Visiting London? Fancy taking in some of the more quirky places this great city has to offer. Below are 5 of the more quirky places to visit for those looking for something a little different.
If you fancy a drink on the underground after a hard day of sightseeing, Cahoots tube themed cocktail bar is the place. Cahoots is an underground air raid shelter refurbished into a 1940s-themed bar complete with carriages, bunk beds and sandbags leftover from the Blitz. It is located in Kingly Court, Carnaby and its certainly keeping the Blitz spirit alive. Head down there for some great cocktails and check out all the Blitz paraphernalia
Dennis Severs’ House is located at 18 Folgate Street next to a neat row of Georgian terraces. It is an 18th century time capsule that shows the lives of silk-weavers from 1724 to the 20th century. The house is breathtaking and with the soft candle light you are immediately transported back the 18th century. Thisvery rare house has been featured in many history documentaries and dramas and used for fashion shoots.
The House of Dreams is a life project by artist Stephen Wright which you can visit in his house at certain times. Stephen has a history of working in the printed textiles industry before he felt disillusioned with the design world. He started his House of Dreams Museum in 1998 and today it is a collection of objects he has found over the years also with memory boards recalling important events in his life. You should email Stephen in advance on firstname.lastname@example.org if you want to book a visit.
Platform 9 3/4
Harry Potter fans know to board Hogwarts you have to walk through a solid brick barrier at Platform 9 3/4. Kings Cross has celebrated its role in the Harry Potter Books and films with a marker indicating the location of Platform 9 3/4. You can see a baggage trolly disappearing into the wall. It now attracts visitors from around the world to have their photo taken on Platform 9 3/4.
Those interested in the history of medicine and how doctors performed surgeries need to head the Old Operating Theatre Museum in St Thomas Street London. This museum of surgical history houses a whole host of 18th and 19th-century surgical memorabilia. With lots of interesting and unusual rusty iron instruments and potions it is europe’s oldest surviving operating theatre.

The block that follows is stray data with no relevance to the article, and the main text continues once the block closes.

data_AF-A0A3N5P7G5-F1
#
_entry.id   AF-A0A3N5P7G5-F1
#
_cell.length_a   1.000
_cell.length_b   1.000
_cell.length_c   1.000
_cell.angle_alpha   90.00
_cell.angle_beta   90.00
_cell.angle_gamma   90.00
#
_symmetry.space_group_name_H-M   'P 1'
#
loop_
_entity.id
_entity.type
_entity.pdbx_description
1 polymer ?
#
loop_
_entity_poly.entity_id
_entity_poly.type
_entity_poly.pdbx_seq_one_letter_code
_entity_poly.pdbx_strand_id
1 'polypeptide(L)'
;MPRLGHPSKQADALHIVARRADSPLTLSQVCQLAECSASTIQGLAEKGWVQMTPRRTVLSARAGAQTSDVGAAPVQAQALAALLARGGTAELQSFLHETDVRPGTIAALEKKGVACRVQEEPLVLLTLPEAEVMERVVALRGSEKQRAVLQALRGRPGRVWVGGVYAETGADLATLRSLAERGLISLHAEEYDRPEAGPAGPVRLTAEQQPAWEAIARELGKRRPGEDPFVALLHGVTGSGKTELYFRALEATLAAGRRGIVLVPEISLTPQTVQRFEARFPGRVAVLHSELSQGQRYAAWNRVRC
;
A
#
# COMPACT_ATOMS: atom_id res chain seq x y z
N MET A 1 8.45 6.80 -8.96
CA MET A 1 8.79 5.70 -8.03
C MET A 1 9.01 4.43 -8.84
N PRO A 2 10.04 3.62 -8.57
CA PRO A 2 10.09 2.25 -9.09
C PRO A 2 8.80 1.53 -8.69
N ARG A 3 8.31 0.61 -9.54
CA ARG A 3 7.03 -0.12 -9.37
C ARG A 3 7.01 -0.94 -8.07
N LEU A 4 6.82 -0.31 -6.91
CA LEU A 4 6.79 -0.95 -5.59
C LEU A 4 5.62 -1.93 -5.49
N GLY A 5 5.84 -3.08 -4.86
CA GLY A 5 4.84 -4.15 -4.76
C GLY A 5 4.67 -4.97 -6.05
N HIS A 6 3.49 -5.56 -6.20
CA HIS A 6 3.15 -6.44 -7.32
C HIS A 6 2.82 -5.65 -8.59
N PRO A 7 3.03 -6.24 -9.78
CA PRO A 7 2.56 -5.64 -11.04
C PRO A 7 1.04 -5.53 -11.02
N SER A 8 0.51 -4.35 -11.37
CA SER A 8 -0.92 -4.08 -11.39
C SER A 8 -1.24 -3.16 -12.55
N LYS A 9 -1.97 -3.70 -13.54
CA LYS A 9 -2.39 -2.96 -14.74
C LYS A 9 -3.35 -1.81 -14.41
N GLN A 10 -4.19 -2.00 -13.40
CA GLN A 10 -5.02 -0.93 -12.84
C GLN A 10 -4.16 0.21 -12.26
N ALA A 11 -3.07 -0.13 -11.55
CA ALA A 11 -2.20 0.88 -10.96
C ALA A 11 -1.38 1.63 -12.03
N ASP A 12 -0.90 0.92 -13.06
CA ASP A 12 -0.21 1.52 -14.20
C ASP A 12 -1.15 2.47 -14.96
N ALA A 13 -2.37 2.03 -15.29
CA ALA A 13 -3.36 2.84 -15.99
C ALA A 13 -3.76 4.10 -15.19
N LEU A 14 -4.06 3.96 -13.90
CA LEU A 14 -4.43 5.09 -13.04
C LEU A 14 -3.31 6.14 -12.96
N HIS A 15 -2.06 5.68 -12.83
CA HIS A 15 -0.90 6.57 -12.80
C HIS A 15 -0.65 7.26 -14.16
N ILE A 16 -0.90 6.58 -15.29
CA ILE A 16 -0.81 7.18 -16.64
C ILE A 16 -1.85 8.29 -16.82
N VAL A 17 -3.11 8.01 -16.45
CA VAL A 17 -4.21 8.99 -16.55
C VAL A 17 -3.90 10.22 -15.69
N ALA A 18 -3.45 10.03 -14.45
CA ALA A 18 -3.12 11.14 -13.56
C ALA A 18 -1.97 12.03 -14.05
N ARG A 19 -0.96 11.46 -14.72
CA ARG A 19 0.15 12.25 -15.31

Fancy sleeping next to real-life lions? Well this is possible right here at the London Zoo. You can hire a lodge for a night or two and enjoy private guided tours around the Zoo after normal visiting hours.
Located on Mare Street in the East of London, Viktor Wynd Museum of Curiosities, Fine Art & Natural History houses a huge collection of strange objects. The musuem is a lifelong project of the artist and writer Viktor Wynd. This is certianly one of the most unusual musuems in London. So many bizarre objects are on display including a number of dead things in bottles, lots of Taxidermy skeletons and heads. Plenty of unusual creatures are on view and oddly enough some samples of celbrity stools! The Museum also chost weekly lectures and workshops.
Cross Bones Graveyard is a graveyard in sounth London which was closed in 1853. It houses thousands of people (estimated 15,000) who could not be given a Christian burial. So a number of prostitutes and poor people who lived in squalid conditions were buried here. For centuries it was the outcast’s graveyard. It is located in one of London’s poorest slums formally known as The Mint. Part was dug up in the 90’s during work on the Tubes Jubilee Line Extension. What is left is now a remembrance site.
The above are just a few quirky places to visit, there are lots more if you do some investigating. London’s history stretches back to Roman times and some of its history is being kept alive, you just need to know where to look. There is much more to London than the sights of Houses of Parliament, Big Ben and Westminster Abbey, Buckingham Palace etc. Take a trip to the more quirky sites and enjoy something a little different on your trip to London.